"Though an old man, I am but a young gardener."
(Bless you, Mr. Jefferson, for ever having said that!)
I have had a curious experience in moving to Vermont. I was raised in Pasadena, California (a.k.a. Los Angeles). Clearly, I am a city girl - simply meaning that, our neighbors who canned their own jars of jam were viewed as a bit out of the ordinary when it came to their skill with those romanticized and mysterious types of homemaking abilities that are often associated, for some reason, with living in the country. My parent's provided a wonderfully homey home to grow up in and I was raised to practice the art of hospitality. However, when I moved out here to start a tea room, eighteen years ago, I think that I was the only one surprised. It didn't even phase my friends that I had never simmered a pot of soup nor witnessed how yeast could puffer-fish the dough in my very own loaf of bread. I was, however, extremely gifted in the area of chocolate chip cookie production and, I think that my friends thought that I couldn't possibly have any problem making the small leap to those more refined areas of the culinary arts. Further still, apparently, they had boundless faith that I had the innate skills of a homemaker in every way. Well, at least they were close: I do have the desire to be one. It's been a long road!
Speaking of gardening and idealized, country homemaking....even more curious was the fact that, until a few months before my move, I had never even heard of a 'perennial'. In the desert climate of Southern California, the tradition is to go to the nursery and buy annuals - there was never any mention of perennials! In the dream that my tea room would have the most wonderful country cottage garden, I'd bought a book that looked promisingly helpful and heard, for the first time, of exotic plants like phlox and hollyhocks! (For those of you from California, and who might be as lost about this as I was, those are very common perennials - yes, they are!) I thought that I'd never learn it all!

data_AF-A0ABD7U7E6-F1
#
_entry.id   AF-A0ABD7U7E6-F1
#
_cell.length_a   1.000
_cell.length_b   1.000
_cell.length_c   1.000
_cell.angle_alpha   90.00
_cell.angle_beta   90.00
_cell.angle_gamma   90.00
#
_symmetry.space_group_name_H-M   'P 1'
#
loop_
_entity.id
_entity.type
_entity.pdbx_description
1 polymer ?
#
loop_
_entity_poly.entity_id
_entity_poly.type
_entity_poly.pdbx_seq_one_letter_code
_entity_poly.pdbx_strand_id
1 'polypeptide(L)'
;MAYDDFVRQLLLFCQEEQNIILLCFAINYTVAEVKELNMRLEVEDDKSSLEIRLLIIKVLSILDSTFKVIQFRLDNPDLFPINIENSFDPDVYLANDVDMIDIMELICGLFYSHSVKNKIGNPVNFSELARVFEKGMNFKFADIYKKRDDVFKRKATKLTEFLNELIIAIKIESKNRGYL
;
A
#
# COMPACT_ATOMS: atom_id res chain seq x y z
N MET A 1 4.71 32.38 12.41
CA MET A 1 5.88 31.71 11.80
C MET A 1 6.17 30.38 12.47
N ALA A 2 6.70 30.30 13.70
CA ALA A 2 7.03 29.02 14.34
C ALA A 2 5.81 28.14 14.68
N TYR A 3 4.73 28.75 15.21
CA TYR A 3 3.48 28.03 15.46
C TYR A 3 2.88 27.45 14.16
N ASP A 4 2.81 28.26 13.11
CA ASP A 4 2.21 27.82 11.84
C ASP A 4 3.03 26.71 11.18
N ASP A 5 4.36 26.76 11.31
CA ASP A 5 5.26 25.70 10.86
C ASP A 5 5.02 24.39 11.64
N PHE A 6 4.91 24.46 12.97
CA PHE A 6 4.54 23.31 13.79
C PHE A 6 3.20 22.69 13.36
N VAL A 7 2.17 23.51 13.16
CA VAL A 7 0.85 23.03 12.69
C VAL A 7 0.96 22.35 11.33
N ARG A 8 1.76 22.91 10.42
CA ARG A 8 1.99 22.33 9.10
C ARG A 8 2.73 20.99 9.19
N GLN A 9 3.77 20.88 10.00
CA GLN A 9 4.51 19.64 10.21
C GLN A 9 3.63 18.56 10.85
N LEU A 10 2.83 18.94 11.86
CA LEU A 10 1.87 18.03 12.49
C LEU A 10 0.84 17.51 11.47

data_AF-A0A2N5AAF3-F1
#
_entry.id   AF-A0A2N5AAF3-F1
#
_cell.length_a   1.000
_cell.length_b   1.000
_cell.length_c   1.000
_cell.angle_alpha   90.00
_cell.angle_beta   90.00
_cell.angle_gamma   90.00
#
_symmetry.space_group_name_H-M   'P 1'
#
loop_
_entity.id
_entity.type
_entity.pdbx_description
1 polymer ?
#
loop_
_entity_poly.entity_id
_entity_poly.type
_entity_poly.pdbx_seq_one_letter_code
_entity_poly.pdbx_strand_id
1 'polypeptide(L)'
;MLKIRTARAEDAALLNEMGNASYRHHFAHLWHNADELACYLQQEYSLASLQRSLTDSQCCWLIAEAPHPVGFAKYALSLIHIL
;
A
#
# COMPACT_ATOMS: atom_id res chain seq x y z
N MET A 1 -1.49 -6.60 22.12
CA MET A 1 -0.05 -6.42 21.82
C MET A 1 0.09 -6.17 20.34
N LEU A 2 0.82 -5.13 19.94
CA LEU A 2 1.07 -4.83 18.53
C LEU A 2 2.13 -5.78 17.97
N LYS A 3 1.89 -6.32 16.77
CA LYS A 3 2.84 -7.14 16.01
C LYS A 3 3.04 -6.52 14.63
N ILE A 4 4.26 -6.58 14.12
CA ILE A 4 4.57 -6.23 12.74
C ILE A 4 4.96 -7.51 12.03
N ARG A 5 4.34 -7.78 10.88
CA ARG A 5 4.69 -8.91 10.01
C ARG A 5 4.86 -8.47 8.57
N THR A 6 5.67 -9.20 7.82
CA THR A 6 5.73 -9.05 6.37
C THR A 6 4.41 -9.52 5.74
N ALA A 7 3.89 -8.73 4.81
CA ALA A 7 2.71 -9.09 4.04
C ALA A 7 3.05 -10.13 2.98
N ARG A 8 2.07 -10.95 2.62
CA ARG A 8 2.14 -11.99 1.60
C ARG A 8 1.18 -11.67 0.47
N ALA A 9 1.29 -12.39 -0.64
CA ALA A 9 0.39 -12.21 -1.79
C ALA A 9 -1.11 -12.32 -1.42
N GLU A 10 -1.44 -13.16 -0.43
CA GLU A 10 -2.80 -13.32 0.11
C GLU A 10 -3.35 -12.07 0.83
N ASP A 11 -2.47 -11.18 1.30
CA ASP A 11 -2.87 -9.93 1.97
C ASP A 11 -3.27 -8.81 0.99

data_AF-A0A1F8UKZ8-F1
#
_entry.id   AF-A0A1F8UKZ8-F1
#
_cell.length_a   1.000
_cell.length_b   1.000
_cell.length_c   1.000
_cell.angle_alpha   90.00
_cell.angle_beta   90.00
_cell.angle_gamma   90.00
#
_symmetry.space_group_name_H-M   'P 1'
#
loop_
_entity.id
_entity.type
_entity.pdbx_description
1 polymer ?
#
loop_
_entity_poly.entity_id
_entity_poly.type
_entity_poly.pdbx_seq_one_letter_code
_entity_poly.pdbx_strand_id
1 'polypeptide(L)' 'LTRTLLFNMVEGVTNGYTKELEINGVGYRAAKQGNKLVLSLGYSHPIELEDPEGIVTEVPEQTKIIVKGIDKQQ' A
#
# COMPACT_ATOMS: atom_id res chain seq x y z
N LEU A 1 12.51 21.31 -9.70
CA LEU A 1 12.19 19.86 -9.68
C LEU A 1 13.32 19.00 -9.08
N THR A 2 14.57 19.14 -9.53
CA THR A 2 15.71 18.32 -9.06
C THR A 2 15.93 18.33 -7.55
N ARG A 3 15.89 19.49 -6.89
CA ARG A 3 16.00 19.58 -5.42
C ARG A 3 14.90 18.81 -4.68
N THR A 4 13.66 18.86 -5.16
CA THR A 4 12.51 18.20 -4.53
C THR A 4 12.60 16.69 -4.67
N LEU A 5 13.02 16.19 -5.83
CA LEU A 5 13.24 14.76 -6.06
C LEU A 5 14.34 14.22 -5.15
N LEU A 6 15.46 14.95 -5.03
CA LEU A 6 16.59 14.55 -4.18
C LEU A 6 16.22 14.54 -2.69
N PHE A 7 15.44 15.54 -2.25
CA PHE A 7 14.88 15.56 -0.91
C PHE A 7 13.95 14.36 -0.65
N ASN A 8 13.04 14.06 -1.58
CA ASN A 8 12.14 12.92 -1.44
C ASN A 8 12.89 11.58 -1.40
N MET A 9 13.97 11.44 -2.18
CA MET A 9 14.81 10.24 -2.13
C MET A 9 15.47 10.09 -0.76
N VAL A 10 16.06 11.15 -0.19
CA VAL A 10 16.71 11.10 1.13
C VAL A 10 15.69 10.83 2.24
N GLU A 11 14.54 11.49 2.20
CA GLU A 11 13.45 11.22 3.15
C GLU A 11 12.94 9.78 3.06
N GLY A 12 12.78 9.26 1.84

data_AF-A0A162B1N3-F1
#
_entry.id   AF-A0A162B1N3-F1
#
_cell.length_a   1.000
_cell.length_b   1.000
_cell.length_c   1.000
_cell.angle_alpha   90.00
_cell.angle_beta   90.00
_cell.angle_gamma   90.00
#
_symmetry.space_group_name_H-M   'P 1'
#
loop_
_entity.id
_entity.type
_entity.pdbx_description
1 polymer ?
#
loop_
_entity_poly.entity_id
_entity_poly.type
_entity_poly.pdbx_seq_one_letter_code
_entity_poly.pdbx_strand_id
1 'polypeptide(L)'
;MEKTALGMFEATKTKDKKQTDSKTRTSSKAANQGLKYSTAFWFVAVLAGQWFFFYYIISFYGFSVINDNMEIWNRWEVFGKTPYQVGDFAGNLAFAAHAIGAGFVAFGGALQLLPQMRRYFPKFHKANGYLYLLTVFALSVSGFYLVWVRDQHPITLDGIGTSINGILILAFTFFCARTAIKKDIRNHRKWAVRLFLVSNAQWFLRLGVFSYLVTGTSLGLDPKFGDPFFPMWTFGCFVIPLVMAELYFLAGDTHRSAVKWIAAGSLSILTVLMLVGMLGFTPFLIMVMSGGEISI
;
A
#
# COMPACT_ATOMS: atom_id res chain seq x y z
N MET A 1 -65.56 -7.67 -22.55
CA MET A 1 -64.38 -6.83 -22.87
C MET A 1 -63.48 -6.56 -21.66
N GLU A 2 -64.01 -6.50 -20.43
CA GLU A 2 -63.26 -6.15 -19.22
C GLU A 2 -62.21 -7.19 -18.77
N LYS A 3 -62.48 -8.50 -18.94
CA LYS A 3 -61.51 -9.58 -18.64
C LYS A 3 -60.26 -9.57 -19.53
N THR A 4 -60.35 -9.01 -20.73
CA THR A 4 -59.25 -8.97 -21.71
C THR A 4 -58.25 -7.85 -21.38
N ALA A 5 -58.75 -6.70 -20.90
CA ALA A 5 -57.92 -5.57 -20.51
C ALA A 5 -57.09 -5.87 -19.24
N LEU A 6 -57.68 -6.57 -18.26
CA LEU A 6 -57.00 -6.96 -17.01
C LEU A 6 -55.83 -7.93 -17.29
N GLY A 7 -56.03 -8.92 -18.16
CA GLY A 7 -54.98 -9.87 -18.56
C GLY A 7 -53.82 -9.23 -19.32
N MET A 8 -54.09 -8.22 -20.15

I began chipping away at the stone-studded dirt of VT and, so, also, began my adventures in gardening. There's been a lot of growth.
When we moved to our new home, here, up on the hill, I was forced to take a three year gardening break. There were pipes and wires to be laid, right where the garden was going to be. My plants languished at the old parsonage until we could catch up with our projects. You can see how it was going just last year if you quickly blip over to this post.
It's strange how much the seasons in the garden had become part of the routine of my life. I was lost without my garden! It's not June unless there are roses and, who knows when school is about to start without phlox?! The only marker, of this sort, that we had, were some ancient and gnarled old apple trees and a very glorious, long hedge of lilacs (lilacs = mother's day). Finally, when the stone wall was completed in September, I began preparing the soil and moving the plants. Things were either dormant or near death because of a terrible drought and I waited with no idea what would survive, this year, or what it would look like.
Spring is always a miracle but, this year, it felt like a garden that had been secretly hidden, all this time, magically appeared from no where!
The learning and upward toil pays off more and more, every year. The flowering bulbs, planted 'en masse', were a joy and so was the 'poultry with figs and bleu cheese' that was very much enjoyed around a warm family table, this past spring. I love loving home.... now, if it was only a bit more tidy and orderly.... sigh!
To be continued....